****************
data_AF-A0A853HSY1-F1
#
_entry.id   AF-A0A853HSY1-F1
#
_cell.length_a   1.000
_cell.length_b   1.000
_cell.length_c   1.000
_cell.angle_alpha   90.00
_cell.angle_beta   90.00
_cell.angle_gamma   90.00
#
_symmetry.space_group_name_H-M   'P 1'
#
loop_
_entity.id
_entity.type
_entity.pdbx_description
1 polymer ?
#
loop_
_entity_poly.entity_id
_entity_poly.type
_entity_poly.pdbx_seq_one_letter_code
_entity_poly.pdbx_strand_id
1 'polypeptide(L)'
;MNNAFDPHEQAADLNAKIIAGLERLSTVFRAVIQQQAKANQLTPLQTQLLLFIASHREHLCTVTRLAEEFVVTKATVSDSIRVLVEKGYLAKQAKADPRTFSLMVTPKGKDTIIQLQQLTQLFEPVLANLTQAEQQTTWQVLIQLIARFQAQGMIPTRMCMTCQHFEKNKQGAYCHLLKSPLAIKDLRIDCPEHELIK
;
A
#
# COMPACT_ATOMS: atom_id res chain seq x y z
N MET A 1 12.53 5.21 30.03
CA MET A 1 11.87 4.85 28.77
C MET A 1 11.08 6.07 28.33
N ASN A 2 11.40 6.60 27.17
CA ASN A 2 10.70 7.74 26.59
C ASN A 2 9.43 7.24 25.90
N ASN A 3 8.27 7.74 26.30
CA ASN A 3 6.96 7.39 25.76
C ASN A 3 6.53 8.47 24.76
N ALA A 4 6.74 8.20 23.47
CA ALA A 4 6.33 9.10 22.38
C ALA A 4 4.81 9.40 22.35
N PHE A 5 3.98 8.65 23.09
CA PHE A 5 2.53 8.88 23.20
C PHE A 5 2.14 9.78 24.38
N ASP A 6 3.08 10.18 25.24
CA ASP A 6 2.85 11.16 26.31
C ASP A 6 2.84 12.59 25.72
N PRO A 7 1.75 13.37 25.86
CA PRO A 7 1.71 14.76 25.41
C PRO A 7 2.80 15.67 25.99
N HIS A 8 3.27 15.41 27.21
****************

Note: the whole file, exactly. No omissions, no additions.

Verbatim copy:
data_AF-A0A853HSY1-F1
#
_entry.id   AF-A0A853HSY1-F1
#
_cell.length_a   1.000
_cell.length_b   1.000
_cell.length_c   1.000
_cell.angle_alpha   90.00
_cell.angle_beta   90.00
_cell.angle_gamma   90.00
#
_symmetry.space_group_name_H-M   'P 1'
#
loop_
_entity.id
_entity.type
_entity.pdbx_description
1 polymer ?
#
loop_
_entity_poly.entity_id
_entity_poly.type
_entity_poly.pdbx_seq_one_letter_code
_entity_poly.pdbx_strand_id
1 'polypeptide(L)'
;MNNAFDPHEQAADLNAKIIAGLERLSTVFRAVIQQQAKANQLTPLQTQLLLFIASHREHLCTVTRLAEEFVVTKATVSDSIRVLVEKGYLAKQAKADPRTFSLMVTPKGKDTIIQLQQLTQLFEPVLANLTQAEQQTTWQVLIQLIARFQAQGMIPTRMCMTCQHFEKNKQGAYCHLLKSPLAIKDLRIDCPEHELIK
;
A
#
# COMPACT_ATOMS: atom_id res chain seq x y z
N MET A 1 12.53 5.21 30.03
CA MET A 1 11.87 4.85 28.77
C MET A 1 11.08 6.07 28.33
N ASN A 2 11.40 6.60 27.17
CA ASN A 2 10.70 7.74 26.59
C ASN A 2 9.43 7.24 25.90
N ASN A 3 8.27 7.74 26.30
CA ASN A 3 6.96 7.39 25.76
C ASN A 3 6.53 8.47 24.76
N ALA A 4 6.74 8.20 23.47
CA ALA A 4 6.33 9.10 22.38
C ALA A 4 4.81 9.40 22.35
N PHE A 5 3.98 8.65 23.09
CA PHE A 5 2.53 8.88 23.20
C PHE A 5 2.14 9.78 24.38
N ASP A 6 3.08 10.18 25.24
CA ASP A 6 2.85 11.16 26.31
C ASP A 6 2.84 12.59 25.72
N PRO A 7 1.75 13.37 25.86
CA PRO A 7 1.71 14.76 25.41
C PRO A 7 2.80 15.67 25.99
N HIS A 8 3.27 15.41 27.21